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Johns Hopkins Auto Islet Transplant Program

Our program provides advanced treatment for a variety of pancreas disorders including pancreatitis.

 
 

Why Choose Johns Hopkins Auto-Islet Transplant Program?

Our program provides comprehensive care for all patients. Learn what makes the Johns Hopkins Auto-Islet Program unique:

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Multidisciplinary Team

Our multidisciplinary team of surgeons, endocrinologists and physicians ensure patients receive the best quality care.
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Advanced Treatments

The auto-islet transplant program provides advanced minimally-invasive procedures including laparoscopic surgery, a common procedure for treating pancreatic cancer.
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Groundbreaking Research

Researchers and physicians continue to make ongoing discoveries in the advancement of chronic pancreatitis treatment and overall improvement of clinical care.
 
 
 
 

Frequently Asked Questions

Learn more about why an auto islet transplant may be necessary.

  • What is the function of the pancreas?
    The pancreas creates digestive enzymes for food digestion and also creates insulin to control your blood sugar level.
  • What is an auto-islet transplant procedure?
    An auto-islet transplant, also known as a total pancreatectomy with auto islet cell transplantation or Islet Autotransplantation, is an operation where your entire pancreas is removed. The pancreas is then processed in a machine that isolates the insulin-producing cells, known as the islets of Langerhans (islets). The isolated cells are placed in an IV bag with a solution. The solution is then infused into the liver.
  • Why would I need an auto islet transplant?

    An auto islet transplant may be required if you need treatment for pain and complications associated from the following disorders

    • Recurrent acute pancreatitis
    • Chronic pancreatitis
    • Hereditary pancreatitis to prevent pancreatic cancer
  • Am I a candidate for laparoscopic islet transplant surgery?
    Patients who are candidates for auto islet transplant surgery may also be candidates for laparoscopic islet transplantation, which is a minimally-invasive procedure. Several factors can affect a person's candidacy for the laparoscopic procedure which include having extensive prior surgeries, presence of scar tissue, and body weight.
  • How long will I wait for an auto islet transplant?
    The auto-islet transplant procedure uses your own tissue so there is no wait time.
 
 

Meet Our Specialists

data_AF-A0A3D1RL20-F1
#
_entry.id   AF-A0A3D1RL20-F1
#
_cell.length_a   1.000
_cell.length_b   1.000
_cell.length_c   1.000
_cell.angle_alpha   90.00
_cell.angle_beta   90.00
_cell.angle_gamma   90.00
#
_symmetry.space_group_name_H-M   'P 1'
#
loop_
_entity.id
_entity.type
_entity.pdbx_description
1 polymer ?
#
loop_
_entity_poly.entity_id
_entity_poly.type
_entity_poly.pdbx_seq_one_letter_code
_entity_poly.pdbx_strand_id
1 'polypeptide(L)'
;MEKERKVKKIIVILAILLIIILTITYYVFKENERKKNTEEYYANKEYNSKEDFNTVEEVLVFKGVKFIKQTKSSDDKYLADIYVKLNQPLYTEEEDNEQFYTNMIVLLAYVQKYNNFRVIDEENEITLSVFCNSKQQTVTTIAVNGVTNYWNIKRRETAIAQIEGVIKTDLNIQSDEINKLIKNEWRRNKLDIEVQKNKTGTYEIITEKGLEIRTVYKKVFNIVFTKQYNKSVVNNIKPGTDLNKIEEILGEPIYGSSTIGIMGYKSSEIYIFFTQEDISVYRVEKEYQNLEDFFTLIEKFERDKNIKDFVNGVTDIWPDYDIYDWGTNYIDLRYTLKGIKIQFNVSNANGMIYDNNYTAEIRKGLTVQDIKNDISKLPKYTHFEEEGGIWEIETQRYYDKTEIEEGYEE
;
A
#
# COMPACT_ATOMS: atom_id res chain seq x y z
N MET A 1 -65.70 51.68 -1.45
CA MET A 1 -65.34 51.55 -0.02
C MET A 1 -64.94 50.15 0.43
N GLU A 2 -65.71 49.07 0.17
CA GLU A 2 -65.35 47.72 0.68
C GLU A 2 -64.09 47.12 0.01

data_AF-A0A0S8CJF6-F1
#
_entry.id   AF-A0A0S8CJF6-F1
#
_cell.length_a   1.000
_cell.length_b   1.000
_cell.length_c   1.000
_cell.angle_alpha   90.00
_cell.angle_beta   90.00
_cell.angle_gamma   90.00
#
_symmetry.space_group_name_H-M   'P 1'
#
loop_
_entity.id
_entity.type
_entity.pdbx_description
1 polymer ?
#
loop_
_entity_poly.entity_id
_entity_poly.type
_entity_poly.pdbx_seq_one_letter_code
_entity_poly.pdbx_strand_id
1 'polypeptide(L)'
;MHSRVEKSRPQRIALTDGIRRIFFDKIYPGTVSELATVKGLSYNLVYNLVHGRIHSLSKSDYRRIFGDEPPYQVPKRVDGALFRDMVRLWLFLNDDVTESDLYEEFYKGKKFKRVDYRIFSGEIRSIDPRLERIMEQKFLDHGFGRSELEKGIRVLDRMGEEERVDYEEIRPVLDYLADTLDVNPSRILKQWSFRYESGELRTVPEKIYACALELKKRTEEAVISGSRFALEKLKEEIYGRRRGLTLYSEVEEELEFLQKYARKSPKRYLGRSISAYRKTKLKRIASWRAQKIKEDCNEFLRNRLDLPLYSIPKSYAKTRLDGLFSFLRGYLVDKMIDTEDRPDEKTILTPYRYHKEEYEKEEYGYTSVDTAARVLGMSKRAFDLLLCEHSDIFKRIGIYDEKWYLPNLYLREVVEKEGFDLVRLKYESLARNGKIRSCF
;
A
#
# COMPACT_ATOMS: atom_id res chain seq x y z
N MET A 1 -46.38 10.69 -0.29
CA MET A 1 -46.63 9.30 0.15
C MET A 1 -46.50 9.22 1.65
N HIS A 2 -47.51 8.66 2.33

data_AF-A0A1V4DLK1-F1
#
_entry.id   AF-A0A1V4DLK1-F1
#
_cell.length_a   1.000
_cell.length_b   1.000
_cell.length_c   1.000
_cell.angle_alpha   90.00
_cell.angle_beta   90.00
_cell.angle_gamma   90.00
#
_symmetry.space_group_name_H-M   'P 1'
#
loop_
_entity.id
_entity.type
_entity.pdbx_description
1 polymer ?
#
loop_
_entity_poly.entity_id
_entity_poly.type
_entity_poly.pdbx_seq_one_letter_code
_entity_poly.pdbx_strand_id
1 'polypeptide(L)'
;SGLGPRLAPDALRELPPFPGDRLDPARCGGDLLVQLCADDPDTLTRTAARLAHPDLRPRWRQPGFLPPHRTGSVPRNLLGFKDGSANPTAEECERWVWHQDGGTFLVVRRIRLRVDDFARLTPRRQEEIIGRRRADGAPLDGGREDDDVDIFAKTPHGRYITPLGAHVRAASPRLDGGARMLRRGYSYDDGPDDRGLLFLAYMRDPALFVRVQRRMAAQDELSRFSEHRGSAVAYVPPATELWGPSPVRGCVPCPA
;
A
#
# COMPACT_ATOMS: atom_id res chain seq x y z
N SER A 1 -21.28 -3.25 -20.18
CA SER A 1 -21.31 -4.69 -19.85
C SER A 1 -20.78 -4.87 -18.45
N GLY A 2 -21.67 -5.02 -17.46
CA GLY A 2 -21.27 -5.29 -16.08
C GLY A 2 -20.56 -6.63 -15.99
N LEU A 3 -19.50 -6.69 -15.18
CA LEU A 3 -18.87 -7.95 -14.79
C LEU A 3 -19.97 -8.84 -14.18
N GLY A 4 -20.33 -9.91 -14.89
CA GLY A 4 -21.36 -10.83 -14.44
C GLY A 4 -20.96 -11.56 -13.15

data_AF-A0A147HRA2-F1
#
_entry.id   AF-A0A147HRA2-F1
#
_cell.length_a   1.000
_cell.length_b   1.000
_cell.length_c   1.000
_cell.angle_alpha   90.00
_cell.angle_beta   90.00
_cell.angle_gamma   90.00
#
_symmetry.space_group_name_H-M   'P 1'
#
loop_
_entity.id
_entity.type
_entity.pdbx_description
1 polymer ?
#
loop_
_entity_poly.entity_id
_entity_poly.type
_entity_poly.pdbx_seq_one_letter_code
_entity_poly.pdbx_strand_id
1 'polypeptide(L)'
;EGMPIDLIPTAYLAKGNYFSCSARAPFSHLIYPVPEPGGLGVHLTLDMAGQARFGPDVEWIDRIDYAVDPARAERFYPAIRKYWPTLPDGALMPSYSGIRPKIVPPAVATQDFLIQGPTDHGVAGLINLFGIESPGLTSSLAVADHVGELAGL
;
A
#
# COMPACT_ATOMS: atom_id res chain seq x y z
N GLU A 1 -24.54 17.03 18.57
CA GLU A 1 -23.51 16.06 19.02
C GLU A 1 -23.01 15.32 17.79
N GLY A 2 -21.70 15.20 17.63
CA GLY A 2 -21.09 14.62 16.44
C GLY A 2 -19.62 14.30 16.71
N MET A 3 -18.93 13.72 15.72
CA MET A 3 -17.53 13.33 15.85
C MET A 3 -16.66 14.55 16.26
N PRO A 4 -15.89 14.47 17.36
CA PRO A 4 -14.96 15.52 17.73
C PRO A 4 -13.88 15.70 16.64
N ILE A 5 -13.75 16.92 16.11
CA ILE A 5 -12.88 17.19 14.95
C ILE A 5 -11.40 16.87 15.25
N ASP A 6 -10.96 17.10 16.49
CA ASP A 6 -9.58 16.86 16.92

Photo of Dr. Elham Afghani, M.D., M.P.H.

Afghani, Elham, M.D., M.P.H.

Assistant Professor of Medicine
 
Photo of Dr. Niraj Manubhai Desai, M.D.

Desai, Niraj Manubhai, M.D.

Assistant Professor of Surgery
Surgical Director, Kidney and Pancreas Transplant
 
Photo of Dr. Jin He, M.D., Ph.D.

He, Jin, M.D., Ph.D.

Associate Professor of Surgery
Associate Professor of Oncology
Paul K. Neumann Professorship in Pancreatic Surgery
 
Photo of Dr. Rita Rastogi Kalyani, M.D., M.H.S.

Kalyani, Rita Rastogi, M.D., M.H.S.

Associate Professor of Medicine
Editor-in-Chief, Johns Hopkins Diabetes Guide
Director, Diabetes Management Service, Total Pancreatectomy Islet Auto Transplant Program
 
Photo of Dr. Martin Adel Makary, M.D., M.P.H.

Makary, Martin Adel, M.D., M.P.H.

Professor of Surgery
Chief, Islet Transplant Surgery
 
Photo of Dr. Vikesh K Singh, M.D., M.Sc.

Singh, Vikesh K, M.D., M.Sc.

Associate Professor of Medicine
Director, Pancreatitis Center
Medical Director, Pancreatic Islet Autotransplantation Program
Director of Endoscopy, Johns Hopkins Hospital
 
Photo of Dr. Zhaoli Sun, M.D., Ph.D.

Sun, Zhaoli, M.D., Ph.D.

Associate Professor of Surgery
 
 

Nurse Practitioner Staff

 
Erica Hall CRNP

Erica Hall, RN, MSN, CRNP, ANP-BC, CDE

Nurse Practitioner and Certified Diabetes Educator
Johns Hopkins Hospital
Baltimore, MD

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Christi Walsh, MSN, CRNP

Nurse Practitioner and Director of Clinical Research
Johns Hopkins Hospital
Baltimore, MD

 
 

Learn More About the Auto Islet Procedure

Learn more about the risks, evaluation process and recovery.

  • What are the risks of the procedure?
    As with any other surgery there is a risk of infection, bleeding and a death. Other risks include becoming diabetic and requiring lifelong use of insulin to control blood sugar levels.
  • What is the evaluation process?
    You will meet with several specialists, including a surgeon, a gastroenterologist, an endocrinologist, and other specialists. You will need lab work and the transplant team will meet to discuss your case and eligibility.
  • How long will I be in the hospital?
    You will be in the intensive care unit for approximately 2-4 days after the procedure. You may spend a remainder of 6-10 days in the hospital for adequate rest and healing.
  • What is rehabilitation like?
    When you are discharged from the hospital you will not be able to drive or lift anything over 10 pounds for 6-8 weeks after surgery. You will be able to go up and down steps and should be able to eat a regular diet. You may have a home care nurse assist you if you require insulin.
  • How often do I have to come back to the hospital after the procedure?
    Your follow-up appointments may start two and four weeks after you have been discharged, then three, six, nine, and 12 months post-surgery. Afterwards, you may have one annual follow-up visit.
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